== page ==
FORT RUCKER, Ala. -- School will be starting in the coming weeks, but some students will have a head start when it comes to their education through one program on Fort Rucker designed to cultivate minds.

The U.S. Army Aeromedical Research Laboratory held its final session of the Gains in the Education of Mathematics and Science program, which ran July 18-22, with lessons and experiments on biochemistry, nanotechnology and neuroscience, stimulating the minds of students ranging from grades four to 11.

"GEMS has been very successful this summer," said Dr. Lori St. Onge, USAARL research administration manager and GEMS program coordinator. "We ended up having 383 students participate with 28 staff members, in addition to eight (Department of Defense Education Activity) observing teachers participate in the program. It's the largest group we've had since we started back in 2011."

The general feedback throughout the program has been positive with many repeat students going through the program, such as Daniel McConeghy and Hunter Savell, who said they enjoyed what the program was able to provide for them.

"I just moved here a little over a year ago and we first heard about this program through a neighbor," said Savell. "It sounded fun because I love science and math, and it just seemed like a lot of fun. I wish this is was what school was like. Sometimes, for the science, you don't get to do any of the experiments in school like you do here."

McConeghy, who will be going into the fifth grade, said he first heard about GEMS when his science teacher gave him a flier about the program. From there he did a little research online and then asked his father if he could go through the program. To his delight, the answer was yes.

"I want to be a doctor when I grow up, so I want to go all the way through the program in the upper grades, because in 11th grade I can do medical GEMS, so I'm excited for that," he said.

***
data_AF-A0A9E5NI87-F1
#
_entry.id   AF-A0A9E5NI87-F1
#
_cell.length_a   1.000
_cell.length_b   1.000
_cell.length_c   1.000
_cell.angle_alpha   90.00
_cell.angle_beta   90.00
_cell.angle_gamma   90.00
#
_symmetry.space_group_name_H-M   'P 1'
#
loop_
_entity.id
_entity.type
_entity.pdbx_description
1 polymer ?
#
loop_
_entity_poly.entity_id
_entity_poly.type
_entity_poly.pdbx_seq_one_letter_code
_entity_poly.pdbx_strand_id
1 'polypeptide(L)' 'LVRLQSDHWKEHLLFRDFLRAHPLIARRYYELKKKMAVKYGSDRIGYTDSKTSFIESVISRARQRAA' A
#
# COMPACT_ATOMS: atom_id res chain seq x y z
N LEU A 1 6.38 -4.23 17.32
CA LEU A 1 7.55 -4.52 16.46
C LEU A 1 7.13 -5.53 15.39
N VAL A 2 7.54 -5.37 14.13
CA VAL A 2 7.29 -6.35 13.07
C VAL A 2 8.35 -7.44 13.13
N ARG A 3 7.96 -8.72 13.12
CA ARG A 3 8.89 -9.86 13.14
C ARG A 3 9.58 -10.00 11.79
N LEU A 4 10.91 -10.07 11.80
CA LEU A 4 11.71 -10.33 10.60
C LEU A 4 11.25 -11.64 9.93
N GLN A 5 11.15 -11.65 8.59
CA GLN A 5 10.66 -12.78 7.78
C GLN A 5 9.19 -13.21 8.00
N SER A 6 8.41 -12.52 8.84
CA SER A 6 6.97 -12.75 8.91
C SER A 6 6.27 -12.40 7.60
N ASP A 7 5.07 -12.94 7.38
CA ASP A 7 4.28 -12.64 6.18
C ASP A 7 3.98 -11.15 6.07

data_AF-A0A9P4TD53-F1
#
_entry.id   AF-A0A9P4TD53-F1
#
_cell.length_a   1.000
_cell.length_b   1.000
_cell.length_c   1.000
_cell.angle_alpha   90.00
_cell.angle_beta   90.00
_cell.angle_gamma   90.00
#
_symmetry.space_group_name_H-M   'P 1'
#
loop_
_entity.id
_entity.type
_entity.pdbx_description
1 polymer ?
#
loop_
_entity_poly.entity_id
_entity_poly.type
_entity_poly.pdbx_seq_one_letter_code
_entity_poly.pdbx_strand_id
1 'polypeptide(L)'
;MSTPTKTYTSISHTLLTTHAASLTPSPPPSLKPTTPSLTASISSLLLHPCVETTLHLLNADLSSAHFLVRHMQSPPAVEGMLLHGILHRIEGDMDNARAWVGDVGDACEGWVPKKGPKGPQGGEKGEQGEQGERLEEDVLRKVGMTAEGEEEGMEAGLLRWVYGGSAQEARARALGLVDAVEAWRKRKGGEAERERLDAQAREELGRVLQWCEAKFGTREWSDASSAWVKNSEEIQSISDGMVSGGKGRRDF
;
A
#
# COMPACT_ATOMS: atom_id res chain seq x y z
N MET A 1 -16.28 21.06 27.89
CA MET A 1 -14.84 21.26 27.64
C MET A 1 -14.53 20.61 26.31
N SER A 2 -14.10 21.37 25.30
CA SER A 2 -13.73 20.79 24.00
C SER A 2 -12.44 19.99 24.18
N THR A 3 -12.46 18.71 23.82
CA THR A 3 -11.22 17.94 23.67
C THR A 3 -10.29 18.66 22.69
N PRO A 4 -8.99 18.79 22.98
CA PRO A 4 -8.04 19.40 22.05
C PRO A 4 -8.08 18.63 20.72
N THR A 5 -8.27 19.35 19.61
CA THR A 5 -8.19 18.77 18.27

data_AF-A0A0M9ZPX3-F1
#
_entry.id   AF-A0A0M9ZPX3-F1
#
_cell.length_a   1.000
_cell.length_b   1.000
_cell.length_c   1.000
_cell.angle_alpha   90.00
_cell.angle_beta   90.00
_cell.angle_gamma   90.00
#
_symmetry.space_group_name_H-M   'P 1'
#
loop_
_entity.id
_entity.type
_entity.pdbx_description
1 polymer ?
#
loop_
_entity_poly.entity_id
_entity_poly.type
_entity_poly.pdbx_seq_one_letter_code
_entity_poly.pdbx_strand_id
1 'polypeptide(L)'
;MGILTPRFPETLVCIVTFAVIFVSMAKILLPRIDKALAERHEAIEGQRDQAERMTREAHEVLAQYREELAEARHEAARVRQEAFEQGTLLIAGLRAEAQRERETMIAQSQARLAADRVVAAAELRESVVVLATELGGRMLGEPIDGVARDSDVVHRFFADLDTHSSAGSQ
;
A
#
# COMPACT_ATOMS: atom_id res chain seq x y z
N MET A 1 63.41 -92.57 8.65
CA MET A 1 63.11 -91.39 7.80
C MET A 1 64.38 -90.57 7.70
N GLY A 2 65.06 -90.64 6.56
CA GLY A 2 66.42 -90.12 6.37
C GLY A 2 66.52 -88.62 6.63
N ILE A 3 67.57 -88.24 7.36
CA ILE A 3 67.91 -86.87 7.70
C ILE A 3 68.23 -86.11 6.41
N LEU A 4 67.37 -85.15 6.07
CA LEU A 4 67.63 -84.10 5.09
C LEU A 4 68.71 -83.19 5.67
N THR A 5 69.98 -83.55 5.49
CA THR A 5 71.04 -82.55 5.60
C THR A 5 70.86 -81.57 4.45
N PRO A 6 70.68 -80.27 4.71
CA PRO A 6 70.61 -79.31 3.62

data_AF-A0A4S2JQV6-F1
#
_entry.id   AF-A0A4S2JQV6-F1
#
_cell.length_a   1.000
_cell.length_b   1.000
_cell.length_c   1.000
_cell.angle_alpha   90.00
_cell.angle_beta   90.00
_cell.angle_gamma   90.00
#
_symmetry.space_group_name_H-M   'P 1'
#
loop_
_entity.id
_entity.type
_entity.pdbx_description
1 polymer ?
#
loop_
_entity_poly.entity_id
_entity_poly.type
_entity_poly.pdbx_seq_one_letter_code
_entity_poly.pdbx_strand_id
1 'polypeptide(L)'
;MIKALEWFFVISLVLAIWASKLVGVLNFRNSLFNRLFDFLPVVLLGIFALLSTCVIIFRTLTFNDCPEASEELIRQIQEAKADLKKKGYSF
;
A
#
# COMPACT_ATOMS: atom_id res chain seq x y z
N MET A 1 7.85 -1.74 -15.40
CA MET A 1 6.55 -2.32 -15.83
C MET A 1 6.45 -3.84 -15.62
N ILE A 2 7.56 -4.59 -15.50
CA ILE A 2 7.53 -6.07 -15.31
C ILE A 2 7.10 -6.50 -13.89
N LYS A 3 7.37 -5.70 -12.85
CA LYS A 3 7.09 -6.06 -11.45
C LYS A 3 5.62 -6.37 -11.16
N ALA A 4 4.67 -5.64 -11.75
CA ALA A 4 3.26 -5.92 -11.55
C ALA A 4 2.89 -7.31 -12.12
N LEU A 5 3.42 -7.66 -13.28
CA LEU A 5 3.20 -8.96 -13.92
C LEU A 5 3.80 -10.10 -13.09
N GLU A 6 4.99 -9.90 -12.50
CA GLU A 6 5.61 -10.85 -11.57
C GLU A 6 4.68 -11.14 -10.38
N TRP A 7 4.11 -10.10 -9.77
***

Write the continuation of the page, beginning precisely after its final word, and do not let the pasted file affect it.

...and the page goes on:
Although they're not quite to the medical portion yet, during their time in GEMS they focused a lot on neuroscience where they learned about how the brain works, different parts of the brain, and the different senses.

To give them more of a hands-on approach, they even got the chance to dissect a cow eyeball.

"It helped us learn about how the eyes focus onto the retina," said McConeghy.

In other modules, students were focusing on biochemistry where they learned about polymers and how they react with other substances, according to Latasha Henderson, GEMS resource teacher for the biochemistry module.

Throughout the biochemistry module the students also got the chance to learn about DNA, even extracting DNA from wheat germ and different fruits.

Although these experiments might seem daunting to some, the students had no problem with the help of their near-peer mentors to help out.

Zach Den Besten, who is a college student at Huntington College, is one of those mentors and he said he enjoyed helping the students learn.

"I love science, so I want to get them excited about it, too," he said. "I love teaching and I really enjoy the kids. A lot of these kids remind me of me when I was their age, so I love to be here and teach them."

For Fareeda Adejumr, GEMS student going into 10th grade, the program was also a lesson in teamwork and working as one.

"We had to build straw towers to help us study structural integrity," she said. "This program helps us learn about communication and teamwork because you have to work together to build these things. You can't do it all by yourself."

All of the lessons combined with the help of different organizations on post are what help to make the program so successful, according to St. Onge.

"If we didn't have other organizations on Fort Rucker willing to let us use their facilities, we could not have the program with this number of students," said the program coordinator. "This is not just a STEM camp. This is their opportunity to learn about career opportunities within the Department of Defense and within the Army, and this helps them get a head start on learning about those career opportunities. It really is a community effort. Without the support of the installation and leadership, none of this would be possible."